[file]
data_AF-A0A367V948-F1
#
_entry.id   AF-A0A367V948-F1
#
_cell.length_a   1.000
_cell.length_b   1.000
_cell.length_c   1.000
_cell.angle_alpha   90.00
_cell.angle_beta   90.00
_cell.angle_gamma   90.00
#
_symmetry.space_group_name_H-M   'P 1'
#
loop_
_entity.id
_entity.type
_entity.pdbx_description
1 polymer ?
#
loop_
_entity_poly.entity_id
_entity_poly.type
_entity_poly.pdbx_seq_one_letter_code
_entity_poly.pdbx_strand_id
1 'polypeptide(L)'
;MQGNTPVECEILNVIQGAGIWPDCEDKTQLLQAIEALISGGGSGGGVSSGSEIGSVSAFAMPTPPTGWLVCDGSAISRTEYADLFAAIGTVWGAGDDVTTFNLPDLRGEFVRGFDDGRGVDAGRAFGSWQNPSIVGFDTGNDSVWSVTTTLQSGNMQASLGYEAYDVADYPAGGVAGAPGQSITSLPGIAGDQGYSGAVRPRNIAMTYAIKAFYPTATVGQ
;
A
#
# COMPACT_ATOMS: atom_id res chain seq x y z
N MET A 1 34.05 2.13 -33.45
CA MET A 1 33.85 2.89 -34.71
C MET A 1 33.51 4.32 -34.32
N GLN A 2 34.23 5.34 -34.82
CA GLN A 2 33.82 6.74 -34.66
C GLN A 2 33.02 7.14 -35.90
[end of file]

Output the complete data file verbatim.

data_AF-A0A367V948-F1
#
_entry.id   AF-A0A367V948-F1
#
_cell.length_a   1.000
_cell.length_b   1.000
_cell.length_c   1.000
_cell.angle_alpha   90.00
_cell.angle_beta   90.00
_cell.angle_gamma   90.00
#
_symmetry.space_group_name_H-M   'P 1'
#
loop_
_entity.id
_entity.type
_entity.pdbx_description
1 polymer ?
#
loop_
_entity_poly.entity_id
_entity_poly.type
_entity_poly.pdbx_seq_one_letter_code
_entity_poly.pdbx_strand_id
1 'polypeptide(L)'
;MQGNTPVECEILNVIQGAGIWPDCEDKTQLLQAIEALISGGGSGGGVSSGSEIGSVSAFAMPTPPTGWLVCDGSAISRTEYADLFAAIGTVWGAGDDVTTFNLPDLRGEFVRGFDDGRGVDAGRAFGSWQNPSIVGFDTGNDSVWSVTTTLQSGNMQASLGYEAYDVADYPAGGVAGAPGQSITSLPGIAGDQGYSGAVRPRNIAMTYAIKAFYPTATVGQ
;
A
#
# COMPACT_ATOMS: atom_id res chain seq x y z
N MET A 1 34.05 2.13 -33.45
CA MET A 1 33.85 2.89 -34.71
C MET A 1 33.51 4.32 -34.32
N GLN A 2 34.23 5.34 -34.82
CA GLN A 2 33.82 6.74 -34.66
C GLN A 2 33.02 7.14 -35.90